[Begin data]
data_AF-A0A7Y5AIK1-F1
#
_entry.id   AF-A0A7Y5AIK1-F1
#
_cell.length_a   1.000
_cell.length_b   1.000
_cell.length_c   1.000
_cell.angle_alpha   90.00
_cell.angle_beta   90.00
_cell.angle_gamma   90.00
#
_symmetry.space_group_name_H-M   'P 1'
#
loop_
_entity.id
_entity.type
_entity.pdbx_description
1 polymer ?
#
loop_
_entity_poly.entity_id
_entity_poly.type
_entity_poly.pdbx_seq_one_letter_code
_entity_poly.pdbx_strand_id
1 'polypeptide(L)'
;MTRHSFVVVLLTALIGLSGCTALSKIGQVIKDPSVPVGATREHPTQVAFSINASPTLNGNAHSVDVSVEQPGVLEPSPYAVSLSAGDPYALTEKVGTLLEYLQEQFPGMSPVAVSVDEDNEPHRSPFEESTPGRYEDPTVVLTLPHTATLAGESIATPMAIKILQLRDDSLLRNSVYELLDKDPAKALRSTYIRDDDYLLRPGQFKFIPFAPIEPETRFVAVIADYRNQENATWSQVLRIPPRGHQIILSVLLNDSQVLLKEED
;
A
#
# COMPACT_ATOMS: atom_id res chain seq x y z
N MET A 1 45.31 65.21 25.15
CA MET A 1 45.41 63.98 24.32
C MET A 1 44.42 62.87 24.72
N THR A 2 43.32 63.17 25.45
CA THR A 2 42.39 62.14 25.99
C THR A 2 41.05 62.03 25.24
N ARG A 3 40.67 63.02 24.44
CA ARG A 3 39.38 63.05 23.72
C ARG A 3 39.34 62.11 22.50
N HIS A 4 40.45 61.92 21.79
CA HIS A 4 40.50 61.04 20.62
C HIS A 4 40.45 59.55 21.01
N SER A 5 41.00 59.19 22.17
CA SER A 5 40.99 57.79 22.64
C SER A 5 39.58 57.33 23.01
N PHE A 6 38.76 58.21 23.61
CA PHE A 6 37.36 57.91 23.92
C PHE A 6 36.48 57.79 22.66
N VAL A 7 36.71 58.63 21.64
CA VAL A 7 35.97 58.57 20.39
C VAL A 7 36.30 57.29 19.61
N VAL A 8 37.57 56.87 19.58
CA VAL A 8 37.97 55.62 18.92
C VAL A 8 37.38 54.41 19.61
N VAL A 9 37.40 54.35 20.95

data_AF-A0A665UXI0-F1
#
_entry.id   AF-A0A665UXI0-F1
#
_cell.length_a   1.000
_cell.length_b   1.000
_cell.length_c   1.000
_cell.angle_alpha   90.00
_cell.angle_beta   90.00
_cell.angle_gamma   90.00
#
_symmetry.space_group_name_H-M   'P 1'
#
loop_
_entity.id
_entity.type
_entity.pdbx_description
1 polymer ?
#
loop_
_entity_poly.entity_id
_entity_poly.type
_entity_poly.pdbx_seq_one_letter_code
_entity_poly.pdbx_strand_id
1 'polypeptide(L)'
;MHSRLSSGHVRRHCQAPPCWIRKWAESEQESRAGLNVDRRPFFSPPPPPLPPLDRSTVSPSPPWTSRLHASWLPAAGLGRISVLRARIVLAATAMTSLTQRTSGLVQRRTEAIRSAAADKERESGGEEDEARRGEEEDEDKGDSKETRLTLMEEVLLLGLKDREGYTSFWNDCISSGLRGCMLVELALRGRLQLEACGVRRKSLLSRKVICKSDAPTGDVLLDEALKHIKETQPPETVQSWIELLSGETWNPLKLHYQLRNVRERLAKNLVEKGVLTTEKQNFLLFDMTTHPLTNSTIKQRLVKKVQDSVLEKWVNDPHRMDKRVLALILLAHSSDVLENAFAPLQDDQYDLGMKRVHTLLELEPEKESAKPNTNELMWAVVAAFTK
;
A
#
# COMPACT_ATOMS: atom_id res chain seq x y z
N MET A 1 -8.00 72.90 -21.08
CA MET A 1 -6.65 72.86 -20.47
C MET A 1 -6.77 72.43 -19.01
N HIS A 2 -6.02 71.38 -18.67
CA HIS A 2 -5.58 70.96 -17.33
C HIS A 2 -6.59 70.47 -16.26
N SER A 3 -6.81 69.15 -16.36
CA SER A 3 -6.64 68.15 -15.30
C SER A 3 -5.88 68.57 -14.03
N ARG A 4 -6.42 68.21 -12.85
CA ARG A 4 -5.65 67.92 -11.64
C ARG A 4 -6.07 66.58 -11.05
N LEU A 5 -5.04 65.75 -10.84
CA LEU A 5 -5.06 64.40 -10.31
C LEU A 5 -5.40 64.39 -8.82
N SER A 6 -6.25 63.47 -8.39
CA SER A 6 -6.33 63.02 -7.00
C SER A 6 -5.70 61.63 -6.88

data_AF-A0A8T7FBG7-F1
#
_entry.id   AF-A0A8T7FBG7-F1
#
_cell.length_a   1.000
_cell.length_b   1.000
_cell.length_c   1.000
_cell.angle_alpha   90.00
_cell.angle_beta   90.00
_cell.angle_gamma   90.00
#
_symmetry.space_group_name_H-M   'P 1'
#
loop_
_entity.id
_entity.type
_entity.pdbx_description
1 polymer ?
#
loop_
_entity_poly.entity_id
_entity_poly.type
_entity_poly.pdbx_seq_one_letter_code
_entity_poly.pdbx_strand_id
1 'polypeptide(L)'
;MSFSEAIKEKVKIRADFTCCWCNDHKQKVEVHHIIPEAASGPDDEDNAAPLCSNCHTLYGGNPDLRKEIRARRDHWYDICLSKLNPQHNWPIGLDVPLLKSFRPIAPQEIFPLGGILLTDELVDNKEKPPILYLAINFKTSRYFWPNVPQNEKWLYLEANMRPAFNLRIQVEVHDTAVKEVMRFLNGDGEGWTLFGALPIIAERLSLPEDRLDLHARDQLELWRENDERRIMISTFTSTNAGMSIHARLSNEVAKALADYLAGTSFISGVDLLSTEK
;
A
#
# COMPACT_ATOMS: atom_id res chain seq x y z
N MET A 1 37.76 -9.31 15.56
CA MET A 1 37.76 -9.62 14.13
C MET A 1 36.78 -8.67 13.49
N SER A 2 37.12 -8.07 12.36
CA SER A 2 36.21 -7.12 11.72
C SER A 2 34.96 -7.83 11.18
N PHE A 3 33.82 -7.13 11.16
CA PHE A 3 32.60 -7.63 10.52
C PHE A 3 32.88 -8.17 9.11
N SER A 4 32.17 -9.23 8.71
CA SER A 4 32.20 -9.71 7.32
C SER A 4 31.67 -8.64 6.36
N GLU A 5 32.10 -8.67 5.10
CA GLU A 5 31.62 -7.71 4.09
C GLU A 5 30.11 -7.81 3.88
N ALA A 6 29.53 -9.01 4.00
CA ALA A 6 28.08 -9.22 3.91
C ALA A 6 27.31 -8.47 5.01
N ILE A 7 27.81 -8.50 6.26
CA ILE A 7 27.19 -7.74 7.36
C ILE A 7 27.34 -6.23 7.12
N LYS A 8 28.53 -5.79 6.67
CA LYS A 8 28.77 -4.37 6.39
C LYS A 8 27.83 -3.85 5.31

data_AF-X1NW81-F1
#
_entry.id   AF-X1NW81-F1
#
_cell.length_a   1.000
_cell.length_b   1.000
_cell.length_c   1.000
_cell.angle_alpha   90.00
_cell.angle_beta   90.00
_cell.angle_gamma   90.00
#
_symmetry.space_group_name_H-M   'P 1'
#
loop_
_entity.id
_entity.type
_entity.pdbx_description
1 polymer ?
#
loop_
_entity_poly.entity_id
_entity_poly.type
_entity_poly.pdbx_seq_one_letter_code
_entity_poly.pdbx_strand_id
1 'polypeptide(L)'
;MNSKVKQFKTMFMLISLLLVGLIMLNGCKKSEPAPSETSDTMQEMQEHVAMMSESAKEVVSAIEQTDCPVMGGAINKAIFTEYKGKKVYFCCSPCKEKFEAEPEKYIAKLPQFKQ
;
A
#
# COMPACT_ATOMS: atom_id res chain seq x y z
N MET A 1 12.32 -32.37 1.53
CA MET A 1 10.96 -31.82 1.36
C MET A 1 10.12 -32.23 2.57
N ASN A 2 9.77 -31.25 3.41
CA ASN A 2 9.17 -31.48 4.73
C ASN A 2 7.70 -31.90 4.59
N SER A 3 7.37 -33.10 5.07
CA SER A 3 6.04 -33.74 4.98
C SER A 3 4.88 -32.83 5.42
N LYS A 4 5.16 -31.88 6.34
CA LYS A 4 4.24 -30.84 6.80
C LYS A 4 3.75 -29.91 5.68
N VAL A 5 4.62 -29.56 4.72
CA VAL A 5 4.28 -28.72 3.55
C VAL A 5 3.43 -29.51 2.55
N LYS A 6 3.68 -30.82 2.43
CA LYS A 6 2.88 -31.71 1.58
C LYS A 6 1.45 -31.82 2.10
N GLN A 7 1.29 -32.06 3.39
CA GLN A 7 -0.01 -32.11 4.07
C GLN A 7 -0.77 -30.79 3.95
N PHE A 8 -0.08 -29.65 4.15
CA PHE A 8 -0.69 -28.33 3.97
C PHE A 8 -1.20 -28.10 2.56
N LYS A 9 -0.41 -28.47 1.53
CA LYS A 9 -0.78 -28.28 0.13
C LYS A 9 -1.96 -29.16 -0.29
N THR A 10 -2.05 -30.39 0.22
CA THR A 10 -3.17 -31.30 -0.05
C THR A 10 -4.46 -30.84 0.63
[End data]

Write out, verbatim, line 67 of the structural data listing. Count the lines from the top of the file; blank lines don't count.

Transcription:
_symmetry.space_group_name_H-M   'P 1'